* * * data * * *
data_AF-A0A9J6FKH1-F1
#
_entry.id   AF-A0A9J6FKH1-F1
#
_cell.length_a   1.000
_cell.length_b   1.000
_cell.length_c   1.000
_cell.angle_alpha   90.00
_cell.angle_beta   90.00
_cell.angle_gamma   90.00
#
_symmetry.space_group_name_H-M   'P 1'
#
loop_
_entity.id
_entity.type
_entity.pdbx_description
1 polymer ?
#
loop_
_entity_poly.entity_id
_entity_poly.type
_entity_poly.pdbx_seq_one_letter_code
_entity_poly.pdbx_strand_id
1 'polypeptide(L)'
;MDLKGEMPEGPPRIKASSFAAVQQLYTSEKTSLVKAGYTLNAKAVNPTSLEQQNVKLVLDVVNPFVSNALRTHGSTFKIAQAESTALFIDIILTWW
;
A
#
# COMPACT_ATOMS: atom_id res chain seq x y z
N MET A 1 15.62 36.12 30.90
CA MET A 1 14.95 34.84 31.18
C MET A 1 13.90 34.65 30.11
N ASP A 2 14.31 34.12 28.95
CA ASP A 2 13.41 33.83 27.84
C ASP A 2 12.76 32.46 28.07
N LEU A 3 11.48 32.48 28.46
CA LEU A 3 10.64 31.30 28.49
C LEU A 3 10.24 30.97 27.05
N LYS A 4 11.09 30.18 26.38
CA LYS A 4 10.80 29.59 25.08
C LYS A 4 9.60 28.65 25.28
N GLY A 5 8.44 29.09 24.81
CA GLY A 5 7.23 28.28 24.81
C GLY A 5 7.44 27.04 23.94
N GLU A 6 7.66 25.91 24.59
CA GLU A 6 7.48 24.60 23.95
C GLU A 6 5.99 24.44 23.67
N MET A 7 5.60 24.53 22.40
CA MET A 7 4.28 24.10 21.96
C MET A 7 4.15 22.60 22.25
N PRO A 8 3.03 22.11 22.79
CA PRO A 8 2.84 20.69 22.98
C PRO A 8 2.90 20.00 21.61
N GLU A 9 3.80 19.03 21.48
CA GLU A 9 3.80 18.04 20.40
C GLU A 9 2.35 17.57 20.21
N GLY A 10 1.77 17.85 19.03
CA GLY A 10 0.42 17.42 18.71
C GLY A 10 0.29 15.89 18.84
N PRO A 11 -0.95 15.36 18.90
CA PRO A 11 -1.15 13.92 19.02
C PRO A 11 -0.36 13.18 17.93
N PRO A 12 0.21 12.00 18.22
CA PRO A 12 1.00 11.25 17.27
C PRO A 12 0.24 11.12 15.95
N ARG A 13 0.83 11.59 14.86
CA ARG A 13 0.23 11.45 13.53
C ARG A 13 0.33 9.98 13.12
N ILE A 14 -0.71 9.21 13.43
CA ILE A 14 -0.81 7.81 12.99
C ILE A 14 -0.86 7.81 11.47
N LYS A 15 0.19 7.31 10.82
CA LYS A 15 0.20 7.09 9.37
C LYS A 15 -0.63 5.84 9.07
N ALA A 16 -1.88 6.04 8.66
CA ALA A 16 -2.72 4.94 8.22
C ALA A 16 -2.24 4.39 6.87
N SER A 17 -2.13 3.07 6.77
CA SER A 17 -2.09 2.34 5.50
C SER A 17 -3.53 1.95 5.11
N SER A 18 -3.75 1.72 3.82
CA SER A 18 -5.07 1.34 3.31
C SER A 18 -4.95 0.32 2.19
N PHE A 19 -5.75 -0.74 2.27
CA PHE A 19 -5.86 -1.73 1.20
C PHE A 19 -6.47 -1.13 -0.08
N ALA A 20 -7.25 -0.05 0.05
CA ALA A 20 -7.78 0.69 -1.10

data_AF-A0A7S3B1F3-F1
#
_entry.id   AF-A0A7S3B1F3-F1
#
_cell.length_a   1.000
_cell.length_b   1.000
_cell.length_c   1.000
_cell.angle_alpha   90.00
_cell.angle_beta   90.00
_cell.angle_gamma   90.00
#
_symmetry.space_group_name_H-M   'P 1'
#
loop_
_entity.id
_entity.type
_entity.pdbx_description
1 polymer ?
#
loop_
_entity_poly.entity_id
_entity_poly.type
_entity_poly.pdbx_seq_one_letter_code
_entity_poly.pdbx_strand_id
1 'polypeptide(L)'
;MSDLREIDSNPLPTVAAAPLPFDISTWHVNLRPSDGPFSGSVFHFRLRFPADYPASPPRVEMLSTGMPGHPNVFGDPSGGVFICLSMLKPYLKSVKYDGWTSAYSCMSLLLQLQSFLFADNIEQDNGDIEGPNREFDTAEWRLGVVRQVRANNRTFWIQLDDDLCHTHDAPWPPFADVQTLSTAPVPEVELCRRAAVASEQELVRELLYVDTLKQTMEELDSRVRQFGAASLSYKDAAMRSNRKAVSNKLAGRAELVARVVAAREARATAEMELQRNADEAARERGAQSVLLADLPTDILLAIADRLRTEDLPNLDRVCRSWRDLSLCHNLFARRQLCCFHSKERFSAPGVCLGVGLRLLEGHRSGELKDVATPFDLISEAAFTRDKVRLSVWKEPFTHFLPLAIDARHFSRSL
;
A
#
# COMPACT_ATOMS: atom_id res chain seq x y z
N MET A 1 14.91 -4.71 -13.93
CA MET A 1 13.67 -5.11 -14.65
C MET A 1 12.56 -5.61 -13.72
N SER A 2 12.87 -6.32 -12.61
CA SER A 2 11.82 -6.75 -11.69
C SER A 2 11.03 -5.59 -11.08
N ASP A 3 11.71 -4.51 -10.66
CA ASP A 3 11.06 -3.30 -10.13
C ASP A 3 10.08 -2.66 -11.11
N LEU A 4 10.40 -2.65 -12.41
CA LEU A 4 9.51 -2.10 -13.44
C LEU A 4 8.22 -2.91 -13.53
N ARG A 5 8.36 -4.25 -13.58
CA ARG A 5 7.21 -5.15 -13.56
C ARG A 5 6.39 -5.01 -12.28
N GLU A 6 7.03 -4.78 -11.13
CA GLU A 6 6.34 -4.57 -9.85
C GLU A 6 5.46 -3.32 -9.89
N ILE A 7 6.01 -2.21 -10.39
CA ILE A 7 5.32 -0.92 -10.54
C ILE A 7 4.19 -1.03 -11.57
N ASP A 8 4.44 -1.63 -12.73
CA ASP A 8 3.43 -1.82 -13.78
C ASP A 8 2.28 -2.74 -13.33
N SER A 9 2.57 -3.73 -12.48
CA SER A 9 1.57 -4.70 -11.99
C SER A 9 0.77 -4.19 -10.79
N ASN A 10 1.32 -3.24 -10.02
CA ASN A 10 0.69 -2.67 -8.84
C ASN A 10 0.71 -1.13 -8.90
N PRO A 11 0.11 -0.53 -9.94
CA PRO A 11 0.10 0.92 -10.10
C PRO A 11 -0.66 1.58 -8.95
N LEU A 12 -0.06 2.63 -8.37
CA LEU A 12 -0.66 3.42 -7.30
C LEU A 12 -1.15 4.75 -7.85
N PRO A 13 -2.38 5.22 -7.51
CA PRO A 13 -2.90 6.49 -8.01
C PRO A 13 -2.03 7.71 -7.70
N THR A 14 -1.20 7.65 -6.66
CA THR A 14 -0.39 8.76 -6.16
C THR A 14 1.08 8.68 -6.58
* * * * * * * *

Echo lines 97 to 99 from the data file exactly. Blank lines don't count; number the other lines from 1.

_cell.angle_alpha   90.00
_cell.angle_beta   90.00
_cell.angle_gamma   90.00